-- The most interesting part of Reuters’ 1,000-word article on Terra Firma head Guy Hands is a quote from a former investor who got out in April: “Terra Firma is putting it all into EMI. If it blows up, they are finished. It's that binary. It's a high concentration, high risk strategy.” (Reuters)

-- Google is eying Spotify, according to BusinessWeek. But don’t get too excited, no deal is near. From the article: “Google also has been ‘kicking the tires’ at Spotify, according to music executives with knowledge of the search engine's interest, but no acquisition is in the works.” (BusinessWeek.com)

- Rekords Rekords, the label started by Josh Homme of Queens of the Stone Age, has struck a new deal with Dangerbird Records. Under the terms of the deal, Dangerbird will provide distribution, marketing, and promotion support. Rekords Rekords, which was previously distributed through Ipecac, has released many of Homme’s projects, including Desert Sessions Volume 9 & 10 and Eagles of Death Metal "Peace Love Death Metal.” Forthcoming releases include Alain Johannes’s “Spark,” out August 31, a self-titled release from Mini Mansions, out September 21, and a Desert Sessions best-of, due October 12.

-- The rock band Rush has sent cease and desist notices to Rand Paul, the Republican Senate candidate from Kentucky, for his use of the band’s songs during his campaign. The band may have a good claim in Paul’s unlicensed use of Rush’s music in videos or ads. In the other two instances, however, Rush’s arguments are weaker. Quoting Rush lyrics is probably going to fall under fair use, and playing Rush songs at campaigns is legal assuming Paul’s campaign acquired the appropriate license from the appropriate performing rights organization. We’ve seen artists complain about public performances of their music in the past. While they may not approve of a candidate’s politics or want to appear not to endorse a candidate, a candidate can acquire the appropriate licenses to play songs at rallies and other public appearances – and the artist has no legal recourse (although polite requests can get a candidate to stop using a particular song).

A song in question, “Spirit of Radio,” is licensed through SESAC. Rush’s lawyer contends that song’s public performances are not licensed for political purposes and claims SESAC can only issue licenses for the rights it has obtained by a specific artist. Attorney/blogger Ben Sheffner read through SESAC’s licensing agreement and found no such exclusion, and he doubts SESAC’s deal with Rush covers addressed the topic. “[I] can say that I've never heard of any contract with a PRO containing such an exclusion, and neither had several other copyright attorneys I asked.” (Copyrights & Campaigns)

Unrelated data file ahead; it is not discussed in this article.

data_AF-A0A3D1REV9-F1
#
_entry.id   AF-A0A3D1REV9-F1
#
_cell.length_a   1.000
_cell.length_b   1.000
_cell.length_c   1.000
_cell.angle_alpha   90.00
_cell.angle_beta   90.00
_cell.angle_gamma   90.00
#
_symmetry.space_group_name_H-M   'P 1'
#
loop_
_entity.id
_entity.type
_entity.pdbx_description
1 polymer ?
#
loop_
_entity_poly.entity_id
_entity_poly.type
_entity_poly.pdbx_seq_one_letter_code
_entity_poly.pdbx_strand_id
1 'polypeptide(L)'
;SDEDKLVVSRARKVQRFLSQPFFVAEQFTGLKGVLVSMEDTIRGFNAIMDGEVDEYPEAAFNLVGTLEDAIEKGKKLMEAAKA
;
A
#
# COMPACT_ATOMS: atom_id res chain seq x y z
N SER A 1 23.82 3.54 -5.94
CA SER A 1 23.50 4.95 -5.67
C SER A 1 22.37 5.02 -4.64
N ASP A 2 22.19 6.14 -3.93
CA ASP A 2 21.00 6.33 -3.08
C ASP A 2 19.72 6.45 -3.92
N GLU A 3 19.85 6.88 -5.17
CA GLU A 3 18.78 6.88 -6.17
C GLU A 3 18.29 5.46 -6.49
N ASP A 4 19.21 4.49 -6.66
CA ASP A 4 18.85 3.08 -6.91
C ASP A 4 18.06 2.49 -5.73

-- Nielsen’s Three Screen Report is out. The short version: Americans added two hours per month of TV watching since Q1 2009 while time spent watching video on the Internet rose to 3:10 per month from 3:00. (NielsenWire)

-- Ticketmaster’s hope for a closed paperless ticketing marketplace is running into problems in New Jersey. There the State Assembly has passed a bill that would require paperless tickets to be transferable. Sellers would be required to tell customers if additional tickets will be for sale in the future. In addition, tickets would have to carry their initial sale price. A state mandate that would allow widespread resale of paperless tickets runs counter to Ticketmaster’s hope of locking up the secondary market on its paperless tickets. A Ticketmaster Lobbyist predicted such loss of control would be bad for consumers. “If an artist wants to keep the potential resale price of a ticket low, once that ticket leaves our site,” he told NJcom, “we would not be able to control the exorbitant mark-up at which a broker could then re-sell that ticket.” (NJ.com)

-- Live Nation is developing a “cloud printing” app with Google and Hewlett-Packard, Ticket News reports. The app (web, mobile or desktop) would allow a user to print a ticket to any printer in the world, Google said in a statement. Jim Goodman, a former Ticketmaster executive, predicted a cloud printing app would come with controls. “I think that while this does have 'paper' (it gets printed), this will be analogous to the paperless entry system, where it is far more difficult to transfer/sell a ticket in the secondary market…I think it will be a closed system, again, much like Ticketmaster's paperless ticketing, which will prevent folks from just handing out an email address, etc. to get tickets printed/redeemed.” (Ticket News)

Assorted Links:
-- As manga publishers begin to aggressively enforce their copyrights from digital piracy, a central theme of Lawrence Lessig’s book “Free Culture” falls apart. (The Copyright Alliance Blog)

-- The Country Music Association has filed suit to stop unlicensed shirt sellers during this week’s CMA Music Festival. (Nashville Post, via MusicRow)

-- Gerd Leonhard’s “Selling 2.0: The Future of Commerce in a Mobile World” (Media Futurist)

-- Live Nation’s Ford Amphitheater in Tampa is now the 1-800-ASK-GARY Amphitheater at the Florida State Fairgrounds. (The Ledger)

-- The lawsuit filed by Popped! Festival’s Alexis Rosenzweig against Live Nation has been settled. (Philadelphia Weekly)

- Dangerbird Records item by Cortney Harding.